"Zika epidemic to last another three years as 'too late' to control it, say researchers," reports the Telegraph Online.
A team of researchers at Imperial College London aimed to explore the dynamics of the current Zika epidemic in Latin America and used this data to calculate the potential future spread of the virus.
From the analysis in the study, the main predictions were that the current Zika epidemic will largely be over in three years, with seasonal variations based on mosquito populations.
Additionally, once the current epidemic is over, there will be a delay of at least a decade before any more large epidemics of Zika virus. This is because a large percentage of the population will be immune to infection – known as herd immunity.
However, the researchers highlighted the importance of developing new vaccines and testing potential interventions to prevent another epidemic, or at least, contain it quicker than the current outbreak.
As with all modelling studies the results are based on data available and some assumptions. Therefore, it's important to keep in mind the uncertainty that comes with predicting potential future trends of disease.
The study was carried out by researchers from Imperial College London and one from Johns Hopkins University in the US. It was funded by the Medical Research Council, the Bill & Melinda Gates Foundation, the National Institutes of Health, and the UK NIHR Health Protection Research Unit in Modelling Methodology at Imperial College London.
Media coverage of this study was widespread and varied. The Telegraph Online reported that "attempts to control the outbreak are now pointless because authorities have missed the chance to prevent the disease exploding," which is not the case.
BBC News was more accurate with its reporting, taking into account that "predicting anything with any degree of certainty was impossible".
This was a modelling study that aimed to explore the trends of the current Zika epidemic and use this data to predict the potential spread of the virus.
Zika virus is a disease mainly spread by mosquitoes, it doesn't naturally occur in the UK. Originally discovered in 1947, the virus received little attention until the 2015 outbreak in Brazil.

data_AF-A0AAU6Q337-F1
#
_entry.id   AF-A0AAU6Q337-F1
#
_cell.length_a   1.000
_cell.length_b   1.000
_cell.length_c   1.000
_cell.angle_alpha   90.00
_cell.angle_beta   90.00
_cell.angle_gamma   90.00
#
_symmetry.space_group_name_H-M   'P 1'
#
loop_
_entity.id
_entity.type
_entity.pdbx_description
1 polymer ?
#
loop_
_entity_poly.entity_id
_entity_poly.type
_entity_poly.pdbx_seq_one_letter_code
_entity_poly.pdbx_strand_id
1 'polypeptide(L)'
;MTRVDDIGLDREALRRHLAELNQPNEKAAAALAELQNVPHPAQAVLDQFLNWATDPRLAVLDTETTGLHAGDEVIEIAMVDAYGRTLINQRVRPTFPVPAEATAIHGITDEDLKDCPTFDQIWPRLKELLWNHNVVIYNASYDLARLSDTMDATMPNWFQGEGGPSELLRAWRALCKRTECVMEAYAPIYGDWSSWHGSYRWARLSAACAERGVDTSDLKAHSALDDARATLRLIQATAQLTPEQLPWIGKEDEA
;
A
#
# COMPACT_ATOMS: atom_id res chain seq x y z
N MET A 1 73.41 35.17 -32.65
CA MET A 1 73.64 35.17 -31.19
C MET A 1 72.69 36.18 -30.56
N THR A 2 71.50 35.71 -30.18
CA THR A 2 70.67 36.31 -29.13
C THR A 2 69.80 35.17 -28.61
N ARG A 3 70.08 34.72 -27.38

Modelling studies such as this help policy makers get an idea of what the potential public health impact of a disease might be. For example, helping them to plan ahead or assist with making recommendations about the control of the disease.
The researchers obtained publicly available surveillance data on weekly suspected and laboratory-confirmed Zika cases in Brazil during the 2015-16 outbreak. They used this data to demonstrate the dynamics of the current epidemic and explore how the Zika infection may evolve.
To do this, they used the estimates of "the average number of secondary infections" and "the time between sequential rounds of infection," to calculate the potential future spread of the Zika virus.
In addition, they explored the potential impact of human mobility and the changing age groups which will be affected in the future as immunity develops.
The researchers made a number of predictions based on their model.
The headline prediction is that the current epidemic will largely be over in three years, with seasonal variations based on mosquito population. Once the current epidemic is over, herd immunity will lead to a delay of at least a decade before other large epidemics occur.
The average age of infection is predicted to fall in future epidemics, as older people will be more likely to be immune to the Zika virus through past exposure. However, the analysis suggests the risk to pregnant women is unlikely to change.
Although it's difficult to predict the timing of the rounds of epidemics, the analysis suggests future epidemics of Zika virus will typically last for less than six months.
The researchers concluded the Zika virus is "like Ebola, a public health crisis in which policymakers have had to make decisions in the presence of enormous uncertainty".
However, they recommended that the government response to Zika virus should not mirror Ebola as "Zika and Ebola epidemiology and thus policy options differ fundamentally."
They suggested that the current epidemic "is not containable" and "at best, interventions can mitigate its health impacts".
Despite the warning, they concluded that the current Zika epidemic will run its course naturally, eventually providing "a multiyear window to develop new interventions before further large-scale outbreaks occur."
This modelling study aimed to explore the trends of the current Zika epidemic and use this data to predict the future spread of the virus.
From the analysis, the main predictions were that the current epidemic will largely be over in three years, with seasonal variation based on mosquito populations. Additionally, once the current epidemic is over, there will be a delay of at least a decade before another large Zika virus epidemic.
However, as the researchers acknowledge, with any modelling study the results are based on data available and some assumptions. There is a great deal of uncertainty that comes with predicting potential future trends of disease.
For example, it's difficult to foresee climate change or predict how preventative interventions, mosquito control, or population behaviour may affect their predictions.
Additionally, this analysis was only able to look at trends in Latin America. This means the predictions may not be applicable to other parts of the world, such as Asia, and the figures represent estimates, rather than exact numbers.
Find out more about the Zika virus, including what to do if visiting an affected country.